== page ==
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14 June 2018 Photo Supplied
Next Chapter Green Ribbon campaign addresses mental health
Members of Next Chapter and UFS Student counselling are working together to address mental health issues.

Next Chapter, a student support group at the UFS presented the Green Ribbon campaign, pledging their support to students and providing them with assistance in coping with life events that stimulate stress and contribute negatively to their mental health. The team aims to break the stigma surrounding mental health care, and continually assist students with mental health-related issues that they struggle with daily.

The Green Ribbon represents mental health awareness, which is a pressing matter for students and is the type of support students need in a stressful university environment. The campaign focuses on teaching students how to cope with life events that stimulate stress, and contribute negatively to their mental health.
 
A discussion by Dr Ancel George: practising clinical psychologist and lecturer from the UFS Department of Psychology, and Dr Mellissa Barnaschone: Director of UFS Student Counselling, took place, where talks were prominent about creating an inclusive environment for UFS students.

The panel shared a few tips on how students should work towards managing stress, and motivated them for the main mid-year examinations.
 
The follow-up Exam Cram Workshop, presented by Nadia Cloete and Lize Wolmarans, that combined time and stress management, took place on 2 June 2018, and saw students receiving advice on how to approach various issues during the examination period.
 
Mental health awareness does not end with the campaign and Next Chapter’s slogan “Your story continues” encourages students to regularly wear and commemorate the green ribbon in support of continual mental healthcare.
 
Should you have any enquiries or input for the ongoing campaign, contact the Next Chapter team on ufsnextchapter@gmail.com, or further email Tshepang Mahlatsi, founder of Next Chapter on tshepangmahlatsi767@gmail.com

News Archive

Pansalb’s Language Rights Monitor Project launched at the UFS
2007-01-25

 

 Attending the launch of the Language Rights Monitoring Project were, from the left: Mr Edward Sambo (acting head of Pansalb), Prof Engela Pretorius (Vice-Dean of the Faculty of the Humanities at the UFS), Prof Theo du Plessis (Director: Unit for Language Management at the UFS) and Mr Vusi Ntlakana (head of the Free State provincial office of Pansalb).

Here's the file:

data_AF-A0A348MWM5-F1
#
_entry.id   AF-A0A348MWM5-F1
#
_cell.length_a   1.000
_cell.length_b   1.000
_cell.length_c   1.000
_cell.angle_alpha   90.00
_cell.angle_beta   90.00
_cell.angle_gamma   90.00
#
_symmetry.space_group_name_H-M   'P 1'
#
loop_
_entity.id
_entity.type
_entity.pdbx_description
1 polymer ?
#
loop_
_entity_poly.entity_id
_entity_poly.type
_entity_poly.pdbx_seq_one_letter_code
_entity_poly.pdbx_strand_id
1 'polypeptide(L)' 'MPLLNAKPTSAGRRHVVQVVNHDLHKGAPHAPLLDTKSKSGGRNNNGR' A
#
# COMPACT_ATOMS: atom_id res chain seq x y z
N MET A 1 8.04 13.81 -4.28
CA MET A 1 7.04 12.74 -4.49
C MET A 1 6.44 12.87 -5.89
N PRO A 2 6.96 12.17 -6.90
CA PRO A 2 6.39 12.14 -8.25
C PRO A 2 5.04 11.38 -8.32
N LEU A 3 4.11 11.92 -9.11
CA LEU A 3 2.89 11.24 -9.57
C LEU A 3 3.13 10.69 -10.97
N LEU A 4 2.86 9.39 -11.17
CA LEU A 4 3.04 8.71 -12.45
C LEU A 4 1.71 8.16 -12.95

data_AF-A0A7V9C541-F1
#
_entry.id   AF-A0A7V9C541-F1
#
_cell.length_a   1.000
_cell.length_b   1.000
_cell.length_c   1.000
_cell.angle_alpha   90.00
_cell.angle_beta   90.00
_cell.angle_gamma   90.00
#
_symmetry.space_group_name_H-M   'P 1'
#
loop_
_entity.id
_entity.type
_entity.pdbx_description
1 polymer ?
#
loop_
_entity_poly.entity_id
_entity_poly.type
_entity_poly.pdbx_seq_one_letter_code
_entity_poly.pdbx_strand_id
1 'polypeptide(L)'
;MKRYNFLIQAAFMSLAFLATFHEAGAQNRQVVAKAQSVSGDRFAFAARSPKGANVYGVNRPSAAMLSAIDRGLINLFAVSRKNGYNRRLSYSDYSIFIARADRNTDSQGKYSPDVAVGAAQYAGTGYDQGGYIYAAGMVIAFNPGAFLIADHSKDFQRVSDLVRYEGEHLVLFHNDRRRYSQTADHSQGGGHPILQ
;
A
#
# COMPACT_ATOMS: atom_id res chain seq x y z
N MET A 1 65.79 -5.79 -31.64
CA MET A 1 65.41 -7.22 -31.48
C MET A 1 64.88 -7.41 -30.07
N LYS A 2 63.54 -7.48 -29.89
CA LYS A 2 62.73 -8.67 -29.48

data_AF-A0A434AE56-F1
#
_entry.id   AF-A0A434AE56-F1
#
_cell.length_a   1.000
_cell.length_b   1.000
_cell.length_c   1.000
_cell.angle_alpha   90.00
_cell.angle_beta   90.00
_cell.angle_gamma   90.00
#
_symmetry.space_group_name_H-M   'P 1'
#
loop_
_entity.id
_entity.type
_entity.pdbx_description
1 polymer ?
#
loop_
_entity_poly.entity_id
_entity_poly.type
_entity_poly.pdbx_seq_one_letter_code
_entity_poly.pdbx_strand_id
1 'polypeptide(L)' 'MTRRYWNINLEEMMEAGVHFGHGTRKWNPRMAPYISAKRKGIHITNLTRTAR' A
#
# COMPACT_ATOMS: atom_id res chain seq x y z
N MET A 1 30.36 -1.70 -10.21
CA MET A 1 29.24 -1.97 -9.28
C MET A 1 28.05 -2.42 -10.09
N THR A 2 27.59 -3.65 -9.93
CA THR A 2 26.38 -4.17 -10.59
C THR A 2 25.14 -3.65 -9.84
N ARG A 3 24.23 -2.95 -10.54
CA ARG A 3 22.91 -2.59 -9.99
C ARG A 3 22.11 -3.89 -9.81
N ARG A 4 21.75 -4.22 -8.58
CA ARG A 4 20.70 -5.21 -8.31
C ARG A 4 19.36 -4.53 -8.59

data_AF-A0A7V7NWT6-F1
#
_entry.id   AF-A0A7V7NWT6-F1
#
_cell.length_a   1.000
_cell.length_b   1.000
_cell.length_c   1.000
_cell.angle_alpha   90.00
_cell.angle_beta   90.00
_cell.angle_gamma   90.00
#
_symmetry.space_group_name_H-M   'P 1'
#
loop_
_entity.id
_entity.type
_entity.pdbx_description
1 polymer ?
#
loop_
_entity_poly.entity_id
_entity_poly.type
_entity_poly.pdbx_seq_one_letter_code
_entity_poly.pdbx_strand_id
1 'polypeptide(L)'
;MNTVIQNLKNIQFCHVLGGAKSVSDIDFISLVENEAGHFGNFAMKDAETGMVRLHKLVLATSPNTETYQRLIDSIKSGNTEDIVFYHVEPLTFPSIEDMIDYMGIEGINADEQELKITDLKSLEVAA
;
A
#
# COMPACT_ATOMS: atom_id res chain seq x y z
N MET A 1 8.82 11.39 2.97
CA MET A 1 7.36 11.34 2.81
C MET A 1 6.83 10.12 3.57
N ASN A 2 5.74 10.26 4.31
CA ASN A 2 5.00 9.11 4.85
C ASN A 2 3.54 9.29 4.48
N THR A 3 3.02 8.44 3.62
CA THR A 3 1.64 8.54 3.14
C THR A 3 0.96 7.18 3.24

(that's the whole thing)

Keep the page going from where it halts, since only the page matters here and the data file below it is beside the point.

Pansalb’s Language Rights Monitor Project launched at the UFS
 
The Unit for Language Management at the University of the Free State (UFS), in collaboration with the Pan-South African Language Board (Pansalb), today launched the Language Rights Monitor Project on the Main Campus in Bloemfontein.
 
In accordance with the Pansalb Act of 1995, Pansalb is responsible for the promotion and protection of language rights in South Africa, and is the chief funder of the project.          
 
The Language Rights Monitor Project was initiated in 2002 for a trial period of three years, with the aim of reporting to Pansalb, on an annual basis, on language-rights issues in South Africa, as reflected mainly in the printed media.
 
Since then, three reports have already appeared, covering various aspects relating to language rights, including, inter alia, language-rights complaints, language-rights issues, language litigation, as well as research on language rights in South Africa. Profs Johan Lubbe and Theo du Plessis, as well as Dr Elbie Truter, all associated to the UFS, were responsible for the compilation of the first three reports.
 
During 2006, Pansalb decided to establish the project for an unspecified period of time at the Unit for Language Management at the UFS. It is precisely for this reason that the project is being launched. The South African Language Rights Monitor will henceforth appear annually as a prestige publication of Pansalb, compiled by staff associated with the Unit.
 
However, Pansalb has also decided to further consolidate the project, as a result of the need for a more immediate report, as well as the need to include records drawn from newspapers published in the African languages. It was therefore decided that, as from September 2006, a monthly South African Language Rights Bulletin would also be launched. 
 
Such a bulletin would provide an overview, on a monthly basis, of developments in South Africa concerning language rights, and would enable Pansalb to become more actively involved in crisis situations in which mediation is urgently needed. Two monthly bulletins have already appeared, and were favourably received by Pansalb. During the launch of the project, this bulletin was also introduced to the public for the first time.
 
With the official launch of Pansalb’s Language Rights Monitor project in the Free State, emphasis will be placed on the leading role played by this province, and more specifically by the UFS, in the development and implementation of a multilingual policy.
 
In future, more information on the situation regarding language-rights issues in South Africa will be made available from Bloemfontein, for the benefit of South Africa’s language-rights watchdog, Pansalb, but also for the benefit of other institutions involved in language-rights issues.
 
A constructive contribution will thus be rendered to the cultivation of language justice, an important element of the democratisation process in South Africa.
 
Issued by:
Prof Theo du Plessis
Unit for Language Management, UFS
 
 
Media release
Issued by: Lacea Loader
Media Representative
Tel: (051) 401-2584
Cell: 083 645 2454
24 January 2007

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